Feeling fretful and impatient with herself for it, she tried once more to focus on Bilbo's poem. By the end of the second verse she knew the answer to the riddle he had posed the company. She wondered if anyone else had noticed the reference. On his breast an emerald, indeed! That cannot have come from Bilbo's imagination, as creative as he is... She was certain that the hobbit knew nothing of the great green stone that had come to Arwen from Celebrian, who had herself been given it by her mother. He could not know, either, that Arwen had left the stone with Galadriel in Lorien again, to be given in turn to her mortal lover when the time came for him to take up his inheritance, and the name that had been foretold for him. I did not know that Estel himself even knew of it... They had never spoken of it. He, she thought, because he was not yet sure of himself or of his path, even with prophecy and the foresight of his fathers to guide him...and she because she did not want him to think that becoming King and Elfstone was a condition of her love for him.
My father insulted both Estel and me with that pronouncement! She had always known that Aragorn had great things to do, and that they could not be together until he had accomplished them. For that matter, there had been - and were - yet things *she* had to do as Arwen of Imladris. Perhaps not so great, but no less important – to me, at least. They had always known there was a war coming, one that would touch all of Middle Earth. I would never even have considered running off to be a Ranger's wife at such a time - as appealing as the prospect has occasionally sounded, she thought wistfully. We both of us knew how it must be - we did not need my father to remind Aragorn of the well-nigh impossible task before him, and dangle me as reward only if he proved his worth! If - no, *when* he becomes King of Gondor and Arnor, it will be because he was meant to be so - because no one else could reunite the West - not because he had to do it to secure my hand in marriage.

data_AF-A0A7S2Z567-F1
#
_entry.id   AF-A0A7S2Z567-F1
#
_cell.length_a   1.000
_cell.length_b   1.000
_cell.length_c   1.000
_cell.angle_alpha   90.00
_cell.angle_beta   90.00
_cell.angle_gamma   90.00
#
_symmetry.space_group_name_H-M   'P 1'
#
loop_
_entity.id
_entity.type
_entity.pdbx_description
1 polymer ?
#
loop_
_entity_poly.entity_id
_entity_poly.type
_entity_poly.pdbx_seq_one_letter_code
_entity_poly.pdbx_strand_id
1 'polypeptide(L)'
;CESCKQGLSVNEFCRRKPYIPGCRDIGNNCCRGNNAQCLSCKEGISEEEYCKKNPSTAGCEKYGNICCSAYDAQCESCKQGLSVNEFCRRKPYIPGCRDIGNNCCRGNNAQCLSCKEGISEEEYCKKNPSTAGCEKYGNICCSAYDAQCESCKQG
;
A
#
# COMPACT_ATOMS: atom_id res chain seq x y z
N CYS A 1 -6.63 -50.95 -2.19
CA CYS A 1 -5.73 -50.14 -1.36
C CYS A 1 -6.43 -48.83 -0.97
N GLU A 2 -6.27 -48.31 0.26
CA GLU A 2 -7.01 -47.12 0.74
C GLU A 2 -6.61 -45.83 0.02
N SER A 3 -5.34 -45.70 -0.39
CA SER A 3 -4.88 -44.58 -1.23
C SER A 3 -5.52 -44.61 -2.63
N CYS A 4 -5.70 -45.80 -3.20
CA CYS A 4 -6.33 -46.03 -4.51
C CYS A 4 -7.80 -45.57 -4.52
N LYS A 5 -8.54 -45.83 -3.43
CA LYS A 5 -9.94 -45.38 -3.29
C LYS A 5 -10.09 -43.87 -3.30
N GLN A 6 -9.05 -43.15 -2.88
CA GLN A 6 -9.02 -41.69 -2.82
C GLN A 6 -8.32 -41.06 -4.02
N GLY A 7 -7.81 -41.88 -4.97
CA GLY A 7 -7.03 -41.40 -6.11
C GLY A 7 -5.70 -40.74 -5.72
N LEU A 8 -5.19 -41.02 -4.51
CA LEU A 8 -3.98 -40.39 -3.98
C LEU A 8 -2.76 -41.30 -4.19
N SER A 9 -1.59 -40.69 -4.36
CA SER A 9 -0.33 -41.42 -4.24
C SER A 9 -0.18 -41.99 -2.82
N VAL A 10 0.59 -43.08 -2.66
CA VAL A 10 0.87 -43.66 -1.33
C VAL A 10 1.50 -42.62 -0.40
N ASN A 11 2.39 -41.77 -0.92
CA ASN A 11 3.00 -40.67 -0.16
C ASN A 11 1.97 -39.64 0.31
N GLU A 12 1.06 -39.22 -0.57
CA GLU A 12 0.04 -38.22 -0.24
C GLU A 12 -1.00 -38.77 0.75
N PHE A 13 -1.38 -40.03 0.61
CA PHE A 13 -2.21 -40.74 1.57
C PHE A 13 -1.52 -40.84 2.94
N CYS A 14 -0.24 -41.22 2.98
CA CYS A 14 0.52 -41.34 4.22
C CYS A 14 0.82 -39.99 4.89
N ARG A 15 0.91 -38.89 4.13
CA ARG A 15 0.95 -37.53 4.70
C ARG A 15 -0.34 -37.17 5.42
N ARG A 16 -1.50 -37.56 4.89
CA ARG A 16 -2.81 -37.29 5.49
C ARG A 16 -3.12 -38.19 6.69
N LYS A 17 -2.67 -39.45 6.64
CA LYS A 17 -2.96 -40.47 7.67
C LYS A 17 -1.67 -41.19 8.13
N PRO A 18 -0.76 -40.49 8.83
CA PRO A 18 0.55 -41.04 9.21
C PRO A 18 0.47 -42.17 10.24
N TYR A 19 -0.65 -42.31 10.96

She struggled against the old resentment, mixed as always with guilt and grief at the knowledge of what had prompted her father to act so. He does not want to lose me. He has lost so many loved ones - his brother, my mother…his parents, although the poems and stories never tell that part of Earendil’s tale...
Applause for the end of Bilbo's poem brought her out of her introspection. They were debating the hobbit's riddle, and she smiled secretly, warmed by the small knowledge of Aragorn's contribution. She hoped he knew that she had meant her gift not as a reminder of his destiny so much as a token of love and hope - something of herself that he might carry with him into the darkness. But for all the Elfstone is a thing of power, it is no Silmaril to repel the Shadow, more's the pity...and I hope he does not expect me to do as Elwing did, and turn into a bird to fly to his rescue!
Fleeting amusement was dispelled by a familiar voice rising above the applause. Oh dear - what is Lindir up to now, she thought with exasperation and some dread.
"It is not easy for us to tell the difference between two mortals," Lindir was saying to Bilbo. He was speaking seriously but Arwen could feel the undercurrent of mockery in his words, and knew that others nearby could also. It was the sort of Elvish superiority she most despised in her own people, and he was taking very few pains to hide it.